Have you considered the importance of a special needs trust? A special needs trust is an effective legal tool to preserve assets for a loved one and maintain eligibility for certain government benefits. Today, the cost of health insurance and medical care seem to be rising faster than any other expenses. At the same time, as our lives have become more sophisticated there seems to be an increase of situations where a loved one has special physical, mental and/or medical needs. In the fast paced world we live in there is usually little, if any, warning of these kinds of challenges.
With the high cost of living today and the need for both parents to work, the average American family often cannot afford the costs of the special or professional care that is required for a family member with special needs to be properly cared for, whether it is in the home or in an assisted living or nursing care facility.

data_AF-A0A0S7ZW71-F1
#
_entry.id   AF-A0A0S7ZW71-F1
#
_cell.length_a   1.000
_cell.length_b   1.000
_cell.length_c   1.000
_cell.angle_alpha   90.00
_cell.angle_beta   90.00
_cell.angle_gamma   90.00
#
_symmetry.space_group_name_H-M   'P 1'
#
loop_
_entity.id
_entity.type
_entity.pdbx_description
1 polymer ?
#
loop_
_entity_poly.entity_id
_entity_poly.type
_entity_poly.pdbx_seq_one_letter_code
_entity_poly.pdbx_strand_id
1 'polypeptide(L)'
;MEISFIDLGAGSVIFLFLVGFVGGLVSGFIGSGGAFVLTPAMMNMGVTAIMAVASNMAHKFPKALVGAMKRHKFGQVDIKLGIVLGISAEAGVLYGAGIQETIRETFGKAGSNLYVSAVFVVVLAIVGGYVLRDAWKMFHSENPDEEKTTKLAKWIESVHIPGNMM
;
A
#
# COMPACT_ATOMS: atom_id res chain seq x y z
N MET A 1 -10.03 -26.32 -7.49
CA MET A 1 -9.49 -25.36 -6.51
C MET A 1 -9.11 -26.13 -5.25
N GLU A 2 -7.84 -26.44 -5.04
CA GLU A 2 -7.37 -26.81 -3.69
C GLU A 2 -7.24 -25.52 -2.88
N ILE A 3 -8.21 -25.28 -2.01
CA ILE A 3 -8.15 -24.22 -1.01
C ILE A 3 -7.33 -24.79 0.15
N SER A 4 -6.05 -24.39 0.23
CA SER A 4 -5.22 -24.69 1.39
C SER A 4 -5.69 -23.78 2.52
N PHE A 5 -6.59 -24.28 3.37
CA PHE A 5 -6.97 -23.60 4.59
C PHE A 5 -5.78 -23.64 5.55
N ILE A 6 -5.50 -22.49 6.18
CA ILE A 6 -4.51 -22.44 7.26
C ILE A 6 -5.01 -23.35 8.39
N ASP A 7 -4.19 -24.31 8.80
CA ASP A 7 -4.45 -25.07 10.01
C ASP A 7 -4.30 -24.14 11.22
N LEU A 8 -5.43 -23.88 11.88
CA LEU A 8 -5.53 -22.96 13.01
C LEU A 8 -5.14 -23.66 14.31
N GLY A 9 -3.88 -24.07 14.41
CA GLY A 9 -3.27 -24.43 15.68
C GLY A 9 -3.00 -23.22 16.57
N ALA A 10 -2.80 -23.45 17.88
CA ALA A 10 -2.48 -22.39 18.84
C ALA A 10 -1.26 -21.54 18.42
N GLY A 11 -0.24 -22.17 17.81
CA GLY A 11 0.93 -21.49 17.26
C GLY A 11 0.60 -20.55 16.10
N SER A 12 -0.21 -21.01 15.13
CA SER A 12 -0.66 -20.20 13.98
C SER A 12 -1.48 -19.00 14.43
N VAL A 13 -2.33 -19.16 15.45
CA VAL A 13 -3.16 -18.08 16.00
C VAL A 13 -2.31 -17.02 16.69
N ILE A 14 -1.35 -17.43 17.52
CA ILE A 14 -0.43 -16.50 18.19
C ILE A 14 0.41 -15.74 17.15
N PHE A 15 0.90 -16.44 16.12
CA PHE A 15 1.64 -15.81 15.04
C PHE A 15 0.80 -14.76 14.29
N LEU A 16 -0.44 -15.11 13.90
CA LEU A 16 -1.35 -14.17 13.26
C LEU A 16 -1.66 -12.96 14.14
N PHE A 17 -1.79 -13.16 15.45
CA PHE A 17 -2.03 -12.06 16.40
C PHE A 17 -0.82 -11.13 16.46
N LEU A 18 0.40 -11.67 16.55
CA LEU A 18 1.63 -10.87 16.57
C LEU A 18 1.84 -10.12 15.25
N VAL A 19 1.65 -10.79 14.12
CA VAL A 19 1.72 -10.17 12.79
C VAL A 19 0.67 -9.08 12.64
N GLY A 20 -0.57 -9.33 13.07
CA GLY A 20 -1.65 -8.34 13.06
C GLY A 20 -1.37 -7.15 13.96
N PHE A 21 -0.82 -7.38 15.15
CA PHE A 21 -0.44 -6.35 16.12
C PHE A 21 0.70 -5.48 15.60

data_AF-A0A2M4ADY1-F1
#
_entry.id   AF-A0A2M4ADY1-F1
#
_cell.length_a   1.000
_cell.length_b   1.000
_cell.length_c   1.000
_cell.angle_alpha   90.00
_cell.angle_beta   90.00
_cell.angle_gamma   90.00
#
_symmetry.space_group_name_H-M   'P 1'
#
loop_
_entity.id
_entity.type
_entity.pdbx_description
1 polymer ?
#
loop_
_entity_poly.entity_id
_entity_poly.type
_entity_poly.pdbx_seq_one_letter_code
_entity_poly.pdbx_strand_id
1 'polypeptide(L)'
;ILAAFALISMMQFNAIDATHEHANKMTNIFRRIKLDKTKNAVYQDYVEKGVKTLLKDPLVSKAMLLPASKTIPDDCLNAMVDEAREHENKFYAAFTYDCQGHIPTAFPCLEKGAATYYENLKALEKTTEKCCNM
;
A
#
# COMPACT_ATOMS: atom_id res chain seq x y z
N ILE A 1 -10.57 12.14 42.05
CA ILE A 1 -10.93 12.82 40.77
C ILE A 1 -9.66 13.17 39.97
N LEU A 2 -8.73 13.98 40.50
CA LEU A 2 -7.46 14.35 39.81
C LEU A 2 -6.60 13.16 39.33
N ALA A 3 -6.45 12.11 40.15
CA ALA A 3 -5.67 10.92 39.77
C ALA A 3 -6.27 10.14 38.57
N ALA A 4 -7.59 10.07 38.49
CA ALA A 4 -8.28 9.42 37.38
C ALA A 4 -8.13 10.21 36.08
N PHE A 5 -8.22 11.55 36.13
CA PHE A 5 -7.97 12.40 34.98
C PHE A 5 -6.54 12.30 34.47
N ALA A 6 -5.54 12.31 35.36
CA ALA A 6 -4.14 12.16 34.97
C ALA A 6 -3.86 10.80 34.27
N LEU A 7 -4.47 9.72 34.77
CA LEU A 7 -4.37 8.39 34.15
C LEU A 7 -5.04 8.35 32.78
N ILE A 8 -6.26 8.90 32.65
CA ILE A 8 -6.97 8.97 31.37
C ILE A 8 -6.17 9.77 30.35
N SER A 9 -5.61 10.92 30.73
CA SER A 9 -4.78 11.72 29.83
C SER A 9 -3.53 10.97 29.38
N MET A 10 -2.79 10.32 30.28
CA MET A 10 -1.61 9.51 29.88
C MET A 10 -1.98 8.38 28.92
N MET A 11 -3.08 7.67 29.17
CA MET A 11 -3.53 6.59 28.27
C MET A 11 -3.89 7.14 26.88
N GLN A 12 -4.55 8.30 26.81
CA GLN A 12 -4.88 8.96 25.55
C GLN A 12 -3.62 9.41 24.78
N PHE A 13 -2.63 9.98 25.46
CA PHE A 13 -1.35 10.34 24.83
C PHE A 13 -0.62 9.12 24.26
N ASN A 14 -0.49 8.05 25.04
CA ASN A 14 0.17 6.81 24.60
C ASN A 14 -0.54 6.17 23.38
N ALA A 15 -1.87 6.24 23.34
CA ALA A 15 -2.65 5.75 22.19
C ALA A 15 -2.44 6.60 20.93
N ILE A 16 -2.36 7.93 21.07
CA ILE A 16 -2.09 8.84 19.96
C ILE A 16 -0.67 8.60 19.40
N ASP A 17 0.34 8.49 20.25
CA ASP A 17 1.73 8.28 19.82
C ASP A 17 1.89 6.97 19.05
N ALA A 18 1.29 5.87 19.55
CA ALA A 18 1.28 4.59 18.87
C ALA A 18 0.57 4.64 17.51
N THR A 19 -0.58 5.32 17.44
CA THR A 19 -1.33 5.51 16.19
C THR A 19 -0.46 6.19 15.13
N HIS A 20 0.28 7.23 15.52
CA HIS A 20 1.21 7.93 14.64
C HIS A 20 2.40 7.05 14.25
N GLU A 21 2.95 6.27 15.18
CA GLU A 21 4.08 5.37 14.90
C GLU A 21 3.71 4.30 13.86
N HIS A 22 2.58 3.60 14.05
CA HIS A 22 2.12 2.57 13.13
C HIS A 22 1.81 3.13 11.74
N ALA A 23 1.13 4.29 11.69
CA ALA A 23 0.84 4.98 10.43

There are joint federal and state government programs that provide various types of public benefits for low income and low net worth individuals who are disabled, blind or elderly, such as Supplemental Security Income (SSI), Medicaid, Subsidized Housing (Section 8) and Temporary Assistance for Needy Families (TANF) and some state vocational rehabilitation services. However, the services provided by these programs are limited, and they are specifically designed to provide a base level of care and subsistence, which often is not adequate to provide the resources necessary for quality of life expenditures.
Fortunately, there are legal strategies to help provide a special needs family member with the resources to supplement the public benefit programs without risking a termination of the public benefits, by the use of SPECIAL NEEDS TRUSTS and SUPPLEMENTAL NEEDS TRUSTS. Unfortunately, there is no One Size Fits All Special or Supplement Needs Trust. Just as the care needs and public benefit programs are often different from one special needs person to another, the design and implementation of a Special or Supplement Needs Trust is, more often than not, different from person to person. Care must be taken not to cause the termination of the public benefit programs which may require approval of the Trust by the appropriate public benefits office.
If you have questions about special needs trusts, please do not hesitate to contact the Finkel Law Firm.